Art, Art & Design, Business, Uncategorized

How to create an Instagram Puzzle

I’m stupidly excited that I managed to create my first Instagram puzzle.  I’ve seen the accounts that use these and I think they’re so cool – but I thought it would be super hard to do it, so I just let it slide until tonight.  I saw someone posting that they’d sell you the templates and instructions to do this – but I realized that with Canva, I could probably work out my own method to build one.

And I was right.  It took me less than an hour (including posting it to the Later App and putting in all the hashtags) – and I’m so excited that I just have to tell you how I did it.  Now, keep in mind this is my first attempt at doing this – so it’s probably not the most gorgeous puzzle you’ve ever seen – but since it is my FIRST ATTEMPT I think it’s pretty awesome!Instagram Puzzle

So here’s exactly how I did it.

In Canva, I selected a standard Instagram post.  I know Instgram posts are square, so I figured a 3×3 grid would give me nine posts (who said I wasn’t good at math?)

My next step was to layout all of the elements I wanted to include in that one post.  I wanted to use photos and words, so I just played around until they all fit with some feeling of order (I wanted a snippit of the pattern with a phrase in every post and I wanted them to overlap to increase the “mystery”).  I placed photo elements where I wanted the patterns so it was simple to place the designs because I had already uploaded the thumbnails of the patterns to Canva.  Then I just shifted things around until I was happy with the look.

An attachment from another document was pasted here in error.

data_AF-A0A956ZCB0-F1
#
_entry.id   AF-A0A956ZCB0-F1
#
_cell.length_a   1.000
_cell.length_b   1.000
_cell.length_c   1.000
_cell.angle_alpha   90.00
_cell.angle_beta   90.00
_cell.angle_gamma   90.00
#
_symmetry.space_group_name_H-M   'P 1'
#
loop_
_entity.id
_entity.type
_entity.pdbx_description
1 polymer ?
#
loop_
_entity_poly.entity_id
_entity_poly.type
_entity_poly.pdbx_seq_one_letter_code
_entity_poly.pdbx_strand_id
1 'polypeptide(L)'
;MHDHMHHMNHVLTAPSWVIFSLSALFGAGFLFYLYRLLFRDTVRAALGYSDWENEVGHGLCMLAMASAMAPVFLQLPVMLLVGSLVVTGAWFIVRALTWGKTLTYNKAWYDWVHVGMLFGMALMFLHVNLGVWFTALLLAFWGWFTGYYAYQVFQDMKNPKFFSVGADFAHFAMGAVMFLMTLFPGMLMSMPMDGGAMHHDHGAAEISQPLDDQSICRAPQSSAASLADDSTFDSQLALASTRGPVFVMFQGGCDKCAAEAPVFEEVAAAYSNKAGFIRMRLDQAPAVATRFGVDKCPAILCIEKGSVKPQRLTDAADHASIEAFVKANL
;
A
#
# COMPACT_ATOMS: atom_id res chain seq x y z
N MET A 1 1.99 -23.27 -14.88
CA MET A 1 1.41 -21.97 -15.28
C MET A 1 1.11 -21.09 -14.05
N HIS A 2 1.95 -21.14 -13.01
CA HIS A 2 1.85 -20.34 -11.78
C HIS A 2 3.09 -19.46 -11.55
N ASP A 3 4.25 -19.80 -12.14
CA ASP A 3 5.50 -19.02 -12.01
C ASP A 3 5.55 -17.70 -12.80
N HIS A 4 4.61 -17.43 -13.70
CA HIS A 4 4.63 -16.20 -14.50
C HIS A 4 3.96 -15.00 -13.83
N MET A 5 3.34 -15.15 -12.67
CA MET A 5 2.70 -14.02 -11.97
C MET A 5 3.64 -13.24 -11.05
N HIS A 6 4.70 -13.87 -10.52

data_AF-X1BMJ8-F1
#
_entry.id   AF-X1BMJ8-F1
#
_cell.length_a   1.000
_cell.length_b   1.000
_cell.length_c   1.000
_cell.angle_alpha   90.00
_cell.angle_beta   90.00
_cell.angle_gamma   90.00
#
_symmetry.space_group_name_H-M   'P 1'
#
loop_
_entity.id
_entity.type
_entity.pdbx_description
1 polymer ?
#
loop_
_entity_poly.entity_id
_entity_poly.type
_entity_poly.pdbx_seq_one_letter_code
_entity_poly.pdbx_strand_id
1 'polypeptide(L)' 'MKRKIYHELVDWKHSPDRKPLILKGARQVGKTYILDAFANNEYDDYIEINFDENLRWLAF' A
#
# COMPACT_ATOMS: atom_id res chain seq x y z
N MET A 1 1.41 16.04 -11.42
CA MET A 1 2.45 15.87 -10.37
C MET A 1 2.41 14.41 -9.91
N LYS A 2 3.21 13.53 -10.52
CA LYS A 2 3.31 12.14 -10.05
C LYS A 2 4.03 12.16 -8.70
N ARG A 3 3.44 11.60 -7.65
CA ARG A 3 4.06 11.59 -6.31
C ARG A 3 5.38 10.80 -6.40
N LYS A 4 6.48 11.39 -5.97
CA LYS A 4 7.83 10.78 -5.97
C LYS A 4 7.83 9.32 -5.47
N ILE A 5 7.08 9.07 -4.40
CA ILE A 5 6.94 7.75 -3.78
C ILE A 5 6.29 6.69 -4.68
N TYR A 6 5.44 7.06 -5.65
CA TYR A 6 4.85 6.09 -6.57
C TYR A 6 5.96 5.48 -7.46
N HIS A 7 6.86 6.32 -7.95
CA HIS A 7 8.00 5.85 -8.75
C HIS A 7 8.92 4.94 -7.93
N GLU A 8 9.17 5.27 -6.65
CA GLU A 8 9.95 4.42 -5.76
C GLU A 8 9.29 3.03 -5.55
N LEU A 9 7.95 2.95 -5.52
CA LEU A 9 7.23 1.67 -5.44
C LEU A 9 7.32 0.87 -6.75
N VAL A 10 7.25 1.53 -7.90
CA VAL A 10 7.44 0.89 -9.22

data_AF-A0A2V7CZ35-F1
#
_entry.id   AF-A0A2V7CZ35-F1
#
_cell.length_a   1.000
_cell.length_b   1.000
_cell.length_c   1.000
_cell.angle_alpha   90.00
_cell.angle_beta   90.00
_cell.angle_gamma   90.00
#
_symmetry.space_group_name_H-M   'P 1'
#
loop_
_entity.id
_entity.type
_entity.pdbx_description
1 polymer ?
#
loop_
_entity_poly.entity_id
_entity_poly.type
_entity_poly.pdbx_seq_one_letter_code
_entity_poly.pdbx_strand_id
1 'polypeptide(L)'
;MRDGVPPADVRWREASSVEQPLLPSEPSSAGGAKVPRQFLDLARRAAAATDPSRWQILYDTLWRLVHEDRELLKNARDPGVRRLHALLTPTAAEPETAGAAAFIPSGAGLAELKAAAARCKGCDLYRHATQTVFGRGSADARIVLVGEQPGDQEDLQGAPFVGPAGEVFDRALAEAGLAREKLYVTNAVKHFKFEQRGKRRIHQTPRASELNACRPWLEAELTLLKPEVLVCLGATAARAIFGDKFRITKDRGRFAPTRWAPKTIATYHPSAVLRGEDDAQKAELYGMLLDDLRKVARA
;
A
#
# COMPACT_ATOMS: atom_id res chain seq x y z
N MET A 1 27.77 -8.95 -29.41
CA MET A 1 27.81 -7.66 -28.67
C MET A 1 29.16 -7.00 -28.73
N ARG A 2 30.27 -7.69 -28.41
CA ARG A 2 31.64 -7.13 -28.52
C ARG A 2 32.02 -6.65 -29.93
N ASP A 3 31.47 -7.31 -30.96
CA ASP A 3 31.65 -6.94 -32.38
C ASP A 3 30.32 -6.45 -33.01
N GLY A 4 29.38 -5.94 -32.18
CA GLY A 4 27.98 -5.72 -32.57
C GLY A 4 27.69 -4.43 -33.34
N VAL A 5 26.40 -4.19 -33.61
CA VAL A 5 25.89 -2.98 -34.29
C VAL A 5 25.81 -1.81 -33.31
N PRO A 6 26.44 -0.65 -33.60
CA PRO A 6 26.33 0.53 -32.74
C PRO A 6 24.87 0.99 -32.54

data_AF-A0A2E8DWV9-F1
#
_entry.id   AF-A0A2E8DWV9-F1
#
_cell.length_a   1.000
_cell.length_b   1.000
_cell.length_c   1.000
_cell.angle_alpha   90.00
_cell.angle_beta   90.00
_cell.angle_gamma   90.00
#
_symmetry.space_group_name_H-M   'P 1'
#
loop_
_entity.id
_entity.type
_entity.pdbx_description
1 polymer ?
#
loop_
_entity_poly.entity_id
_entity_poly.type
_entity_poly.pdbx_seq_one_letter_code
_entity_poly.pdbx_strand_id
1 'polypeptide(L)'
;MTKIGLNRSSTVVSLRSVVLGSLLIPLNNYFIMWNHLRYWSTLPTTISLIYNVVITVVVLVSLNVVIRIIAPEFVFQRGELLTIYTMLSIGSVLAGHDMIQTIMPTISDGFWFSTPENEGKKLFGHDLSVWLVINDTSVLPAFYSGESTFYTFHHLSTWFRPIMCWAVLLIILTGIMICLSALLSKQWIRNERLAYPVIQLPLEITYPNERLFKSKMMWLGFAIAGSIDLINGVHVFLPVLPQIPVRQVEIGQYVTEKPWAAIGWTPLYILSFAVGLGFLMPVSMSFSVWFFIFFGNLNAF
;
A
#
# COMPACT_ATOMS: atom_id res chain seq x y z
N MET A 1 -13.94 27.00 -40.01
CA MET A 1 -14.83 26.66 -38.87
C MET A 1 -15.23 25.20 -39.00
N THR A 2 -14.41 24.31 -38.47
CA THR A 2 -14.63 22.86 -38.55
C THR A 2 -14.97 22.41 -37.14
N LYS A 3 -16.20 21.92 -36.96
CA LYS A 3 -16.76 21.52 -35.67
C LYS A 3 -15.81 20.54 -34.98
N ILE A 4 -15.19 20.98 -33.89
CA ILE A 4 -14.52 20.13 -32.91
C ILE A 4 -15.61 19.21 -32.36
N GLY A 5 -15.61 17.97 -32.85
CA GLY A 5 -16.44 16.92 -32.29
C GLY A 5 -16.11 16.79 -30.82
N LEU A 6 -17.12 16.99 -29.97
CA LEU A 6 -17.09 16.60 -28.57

The white product mock-up bothered me a bit because it really stuck out – but adding a plain white circle in the upper boxes fixed that imbalance to my satisfaction.  When I was totally happy with the look, I increased the file size in Canva to 3000 x 3000 pixels.  Then I downloaded the .png file and opened it in Photoshop.

Once the file was opened in Photoshop, I used my ruler tool to outline it and mark off every 1000 pixels horizontally and vertically.  This made the next step easier and more accurate than trying to guesstimate where the previous image ended.

I set my rectangle select tool to 1000 x 1000 pixels.  Starting in the upper left hand corner, I selected my square, copied it into a new 1000 x 1000 px document and moved on to the next square.  Copy.  Paste into new document.  Repeat.  Nine times (using the hotkeys it’s really seconds to copy all 9 squares).

The final step was naming them all and putting them into the same file so I could find them easily and upload them to Later.  Starting with “untitled 9” (the last box in the lower right) – I began moving backwards naming each file Day 1, Day 2, etc.  So Untitled 9 (bottom right) becomes the day 1 post and Untitled 1 (top left) becomes Day 9 because it’s in reverse order that you post them.

Then I uploaded all of them to later and scheduled them in order (day 1, day 2, etc.).  Voila!  An Instagram puzzle.  I do have to warn you that not all of mine uploaded in order – two were out of place, but since I knew what the puzzle was supposed to look like it was easy to pick the right file.

The moral of the story is I don’t need to buy someone else’s template (and now you don’t either).   The only problem I forsee (and I haven’t figured this out yet) is what happens to my puzzle when I start posting single images again?  I imagine it’ll get all messed up until every 3rd post – but we’ll see…

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